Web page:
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Thoughts and prayers will not fix what’s being ignored

The opinions expressed in this article are the writer’s own and do not reflect the views of Her Campus.
This article is written by a student writer from the Her Campus at Toronto MU chapter.

On March 27, 2023, Covenant School in Nashville, Tennessee, became the latest American school devastated by a mass shooting.

After it was reported that six people, including three nine-year-olds, had passed away, Americans began the familiar cycle of offering condolences and “thoughts and prayers.”

Offering thoughts and prayers is probably the most used saying after these kinds of tragedies. While it is well-intended, “thoughts and prayers” aren’t the solution to fixing the biggest problem that plagues the United States; gun control.

These cries for help and action are drowned out by those who do not want to address that gun control is a real issue and just offer thoughts and prayers as a means to just acknowledge what has happened. 

This backlash has opened up a discussion about when this saying should be used because some people mean well.

In a sense, thoughts and prayers are a smokescreen for politicians. Thoughts and prayers are offered to show that they have addressed the tragedy and do not work to fix these issues. It’s like a drill — how could a politician offer condolences when actively voting against legislation that would reduce gun violence?

This makes the saying extremely disingenuous and meaningless as nothing has changed, and who knows if it will anytime soon. The only thoughts that truly matter are those committed to creating real action, such as bans on assault weapons, stricter screenings of purchasing guns and fighting firearm smuggling.

Barry Black, the chaplain of the United States Senate, urged politicians on the Senate floor for action to be taken:

“When babies die at a church school, it is time for us to move beyond thoughts and prayers,” said Black, adding, “Lord, deliver our senators from the paralysis of analysis that waits for the miraculous. Use them to battle the demonic forces that seek to engulf us.” 

After the mass shooting at Michigan State University, Michigan State Representative Ranjeev Puri released a statement that began with a simple yet telling remark: “F*ck your thoughts and prayers.” He emphasized that work must be done to ensure that no student has to worry about these kinds of threats in the future.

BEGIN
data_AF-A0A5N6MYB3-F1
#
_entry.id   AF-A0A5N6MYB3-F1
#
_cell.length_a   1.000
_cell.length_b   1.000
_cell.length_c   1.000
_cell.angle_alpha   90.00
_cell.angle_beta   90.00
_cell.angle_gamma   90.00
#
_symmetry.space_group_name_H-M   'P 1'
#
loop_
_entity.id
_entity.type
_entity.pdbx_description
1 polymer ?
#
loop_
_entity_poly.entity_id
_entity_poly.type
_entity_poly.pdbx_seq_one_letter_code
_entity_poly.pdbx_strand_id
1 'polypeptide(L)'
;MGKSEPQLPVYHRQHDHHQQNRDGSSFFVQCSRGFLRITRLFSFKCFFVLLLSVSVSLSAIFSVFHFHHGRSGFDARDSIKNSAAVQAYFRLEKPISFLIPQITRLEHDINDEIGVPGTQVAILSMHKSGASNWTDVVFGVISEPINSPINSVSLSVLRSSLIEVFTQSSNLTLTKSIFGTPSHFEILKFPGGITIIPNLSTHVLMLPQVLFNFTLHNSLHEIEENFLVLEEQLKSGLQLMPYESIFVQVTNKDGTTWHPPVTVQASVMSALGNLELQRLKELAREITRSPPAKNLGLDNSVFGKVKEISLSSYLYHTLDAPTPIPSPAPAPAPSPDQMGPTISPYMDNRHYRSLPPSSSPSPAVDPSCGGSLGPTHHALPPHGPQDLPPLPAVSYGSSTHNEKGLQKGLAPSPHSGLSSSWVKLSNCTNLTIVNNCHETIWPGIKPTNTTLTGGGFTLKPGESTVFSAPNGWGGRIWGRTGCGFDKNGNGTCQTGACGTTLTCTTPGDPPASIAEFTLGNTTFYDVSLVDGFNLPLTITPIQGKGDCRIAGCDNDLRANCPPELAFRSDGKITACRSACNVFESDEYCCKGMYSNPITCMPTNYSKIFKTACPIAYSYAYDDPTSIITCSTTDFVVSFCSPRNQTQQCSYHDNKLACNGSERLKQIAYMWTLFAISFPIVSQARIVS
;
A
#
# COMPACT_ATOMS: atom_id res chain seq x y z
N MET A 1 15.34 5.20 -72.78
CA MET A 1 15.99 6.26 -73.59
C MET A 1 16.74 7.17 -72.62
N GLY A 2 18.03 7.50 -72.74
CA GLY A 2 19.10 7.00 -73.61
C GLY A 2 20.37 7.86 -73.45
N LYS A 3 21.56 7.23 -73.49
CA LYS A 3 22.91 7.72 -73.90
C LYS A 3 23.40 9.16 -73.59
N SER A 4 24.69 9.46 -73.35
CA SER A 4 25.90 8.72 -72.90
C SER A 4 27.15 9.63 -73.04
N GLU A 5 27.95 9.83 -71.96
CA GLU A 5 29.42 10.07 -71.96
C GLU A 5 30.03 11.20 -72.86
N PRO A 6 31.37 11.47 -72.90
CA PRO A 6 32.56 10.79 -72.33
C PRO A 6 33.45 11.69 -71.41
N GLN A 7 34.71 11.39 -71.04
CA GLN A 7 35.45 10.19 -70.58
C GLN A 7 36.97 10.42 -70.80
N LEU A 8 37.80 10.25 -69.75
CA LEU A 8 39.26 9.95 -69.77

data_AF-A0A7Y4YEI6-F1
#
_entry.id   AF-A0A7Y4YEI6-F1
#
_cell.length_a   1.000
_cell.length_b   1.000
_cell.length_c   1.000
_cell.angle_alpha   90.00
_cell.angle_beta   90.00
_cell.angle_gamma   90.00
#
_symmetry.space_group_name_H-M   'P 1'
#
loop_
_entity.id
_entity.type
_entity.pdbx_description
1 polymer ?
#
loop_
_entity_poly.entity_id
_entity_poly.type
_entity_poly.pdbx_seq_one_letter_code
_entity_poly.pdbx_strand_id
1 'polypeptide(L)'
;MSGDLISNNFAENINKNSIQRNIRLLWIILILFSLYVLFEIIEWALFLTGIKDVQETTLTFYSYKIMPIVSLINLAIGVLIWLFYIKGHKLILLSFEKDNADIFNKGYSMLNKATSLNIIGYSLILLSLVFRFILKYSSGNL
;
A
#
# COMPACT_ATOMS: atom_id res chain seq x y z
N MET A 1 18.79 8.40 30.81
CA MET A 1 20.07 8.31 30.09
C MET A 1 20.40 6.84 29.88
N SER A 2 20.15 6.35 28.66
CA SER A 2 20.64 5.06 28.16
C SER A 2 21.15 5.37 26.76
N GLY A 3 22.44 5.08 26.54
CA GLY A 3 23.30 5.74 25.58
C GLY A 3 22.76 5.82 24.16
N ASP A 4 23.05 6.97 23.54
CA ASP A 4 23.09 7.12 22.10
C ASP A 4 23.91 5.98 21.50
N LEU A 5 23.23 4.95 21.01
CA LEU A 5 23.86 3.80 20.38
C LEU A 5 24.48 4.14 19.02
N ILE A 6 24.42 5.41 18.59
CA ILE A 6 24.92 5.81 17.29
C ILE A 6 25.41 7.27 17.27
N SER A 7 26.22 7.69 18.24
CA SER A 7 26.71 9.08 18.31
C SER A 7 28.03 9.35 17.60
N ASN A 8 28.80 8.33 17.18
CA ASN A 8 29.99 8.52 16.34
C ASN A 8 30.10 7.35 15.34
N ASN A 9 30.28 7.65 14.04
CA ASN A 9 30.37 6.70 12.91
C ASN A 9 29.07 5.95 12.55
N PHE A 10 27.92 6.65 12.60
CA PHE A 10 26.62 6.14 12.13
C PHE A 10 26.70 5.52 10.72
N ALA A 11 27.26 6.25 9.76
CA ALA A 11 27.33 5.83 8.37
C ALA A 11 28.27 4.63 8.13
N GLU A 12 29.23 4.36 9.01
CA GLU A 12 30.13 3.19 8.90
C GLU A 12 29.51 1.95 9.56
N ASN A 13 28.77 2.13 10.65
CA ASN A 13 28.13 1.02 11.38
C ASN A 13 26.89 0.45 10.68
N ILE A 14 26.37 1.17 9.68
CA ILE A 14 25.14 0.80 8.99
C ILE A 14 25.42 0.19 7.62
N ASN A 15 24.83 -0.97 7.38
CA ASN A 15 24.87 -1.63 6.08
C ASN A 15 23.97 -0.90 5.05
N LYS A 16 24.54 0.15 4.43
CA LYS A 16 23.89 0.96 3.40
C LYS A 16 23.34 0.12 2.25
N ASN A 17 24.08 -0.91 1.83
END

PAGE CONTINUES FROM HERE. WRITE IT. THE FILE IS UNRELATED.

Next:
“Thoughts and prayers without action and change are meaningless. Our office will continue to work tirelessly to pass common sense gun reform immediately.  We will not stop until our students can attend school without fear, our communities can attend places of worship in peace, and our society is safe from senseless gun violence.” 

This saying has now become a sarcastic joke online, as the repetition of mass shootings only leads to the recurrence of offering “thoughts and prayers” since no one is offering anything else.

There have been no major gun reform laws since the Sandy Hook mass shooting, where a plan was announced in 2013 for reducing gun violence that included closing loopholes in background checks and banning assault weapons/high-capacity magazines.

From the looks of it, it appears that American politicians aren’t in any rush to propose changes or end gun violence. 

Emma Green, a staff writer at The New Yorker, acknowledges in the article “Prayer Shaming After a Mass Shooting in San Bernardino” that “any invocation of faith is taken as implicit advocacy of right-wing beliefs” and that people use prayer to cope with the heaviness and evil that surrounds these tragedies.

Green labels this as an “attack of prayer” — some people may not immediately focus on policy change but need time to digest what has happened, or victims and their families may prefer support through prayer before focusing on gun control.

The real criticism of this saying doesn’t have to do with thoughts and prayers themselves, but its new meaning. These objections have nothing to do with religion or condolences at all but the new understanding that “thoughts and prayers” are the bare minimum of action. This saying gives the impression that thoughts and prayers are the only solutions to gun violence; this is all we have to offer, so therefore, we should move on with our lives.

But when 9,870 people, including 338 teens and 60 children, died from gun violence in 2023 in the United States, thoughts and prayers will never be enough. 

And the worst part is, it’s only April, and that number will only rise. 

Until the day comes when American politicians wake up and realize that innocent children are dying because of their lackadaisical responses, we will have to watch more parents bury their children, more families fall apart, more cities mourn, and more schools become decorated with pictures, flowers and stuffed animals. 

Until that day — thoughts and prayers. 

Adriana Fallico

Toronto MU '25

Adriana Fallico is a third-year journalism student at Toronto Metropolitan University. She enjoys playing with dogs, watching the Toronto Maple Leafs and following politics. Her love of journalism stems from wanting to shed light on stories that require people's attention.